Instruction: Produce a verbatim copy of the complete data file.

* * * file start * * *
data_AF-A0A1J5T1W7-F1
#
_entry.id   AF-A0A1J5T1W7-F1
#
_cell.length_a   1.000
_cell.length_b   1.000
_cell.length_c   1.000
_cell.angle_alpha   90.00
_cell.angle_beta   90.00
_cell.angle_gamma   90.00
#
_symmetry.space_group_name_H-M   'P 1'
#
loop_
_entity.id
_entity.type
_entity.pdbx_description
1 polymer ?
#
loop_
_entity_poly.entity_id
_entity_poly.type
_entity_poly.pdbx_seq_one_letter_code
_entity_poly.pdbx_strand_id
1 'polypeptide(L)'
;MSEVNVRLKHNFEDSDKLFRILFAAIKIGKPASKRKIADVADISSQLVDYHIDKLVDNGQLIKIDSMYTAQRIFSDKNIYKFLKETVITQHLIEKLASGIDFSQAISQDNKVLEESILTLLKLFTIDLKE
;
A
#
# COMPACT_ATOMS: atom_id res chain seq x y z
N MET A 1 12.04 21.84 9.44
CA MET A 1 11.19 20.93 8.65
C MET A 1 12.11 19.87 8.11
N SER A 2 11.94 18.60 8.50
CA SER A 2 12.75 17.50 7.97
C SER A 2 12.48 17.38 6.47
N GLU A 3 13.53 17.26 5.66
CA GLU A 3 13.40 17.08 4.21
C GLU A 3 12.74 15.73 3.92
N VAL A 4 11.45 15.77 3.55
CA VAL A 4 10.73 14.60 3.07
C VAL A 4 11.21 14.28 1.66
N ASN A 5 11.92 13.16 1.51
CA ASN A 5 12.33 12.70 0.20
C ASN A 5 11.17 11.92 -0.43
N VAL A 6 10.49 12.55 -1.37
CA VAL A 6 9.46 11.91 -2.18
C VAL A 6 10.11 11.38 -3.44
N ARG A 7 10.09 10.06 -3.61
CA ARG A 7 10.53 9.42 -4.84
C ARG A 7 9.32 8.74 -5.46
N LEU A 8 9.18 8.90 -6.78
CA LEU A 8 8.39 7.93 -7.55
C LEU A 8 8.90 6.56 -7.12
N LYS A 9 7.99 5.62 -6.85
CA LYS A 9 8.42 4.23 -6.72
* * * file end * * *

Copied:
data_AF-A0A1J5T1W7-F1
#
_entry.id   AF-A0A1J5T1W7-F1
#
_cell.length_a   1.000
_cell.length_b   1.000
_cell.length_c   1.000
_cell.angle_alpha   90.00
_cell.angle_beta   90.00
_cell.angle_gamma   90.00
#
_symmetry.space_group_name_H-M   'P 1'
#
loop_
_entity.id
_entity.type
_entity.pdbx_description
1 polymer ?
#
loop_
_entity_poly.entity_id
_entity_poly.type
_entity_poly.pdbx_seq_one_letter_code
_entity_poly.pdbx_strand_id
1 'polypeptide(L)'
;MSEVNVRLKHNFEDSDKLFRILFAAIKIGKPASKRKIADVADISSQLVDYHIDKLVDNGQLIKIDSMYTAQRIFSDKNIYKFLKETVITQHLIEKLASGIDFSQAISQDNKVLEESILTLLKLFTIDLKE
;
A
#
# COMPACT_ATOMS: atom_id res chain seq x y z
N MET A 1 12.04 21.84 9.44
CA MET A 1 11.19 20.93 8.65
C MET A 1 12.11 19.87 8.11
N SER A 2 11.94 18.60 8.50
CA SER A 2 12.75 17.50 7.97
C SER A 2 12.48 17.38 6.47
N GLU A 3 13.53 17.26 5.66
CA GLU A 3 13.40 17.08 4.21
C GLU A 3 12.74 15.73 3.92
N VAL A 4 11.45 15.77 3.55
CA VAL A 4 10.73 14.60 3.07
C VAL A 4 11.21 14.28 1.66
N ASN A 5 11.92 13.16 1.51
CA ASN A 5 12.33 12.70 0.20
C ASN A 5 11.17 11.92 -0.43
N VAL A 6 10.49 12.55 -1.37
CA VAL A 6 9.46 11.91 -2.18
C VAL A 6 10.11 11.38 -3.44
N ARG A 7 10.09 10.06 -3.61
CA ARG A 7 10.53 9.42 -4.84
C ARG A 7 9.32 8.74 -5.46
N LEU A 8 9.18 8.90 -6.78
CA LEU A 8 8.39 7.93 -7.55
C LEU A 8 8.90 6.56 -7.12
N LYS A 9 7.99 5.62 -6.85
CA LYS A 9 8.42 4.23 -6.72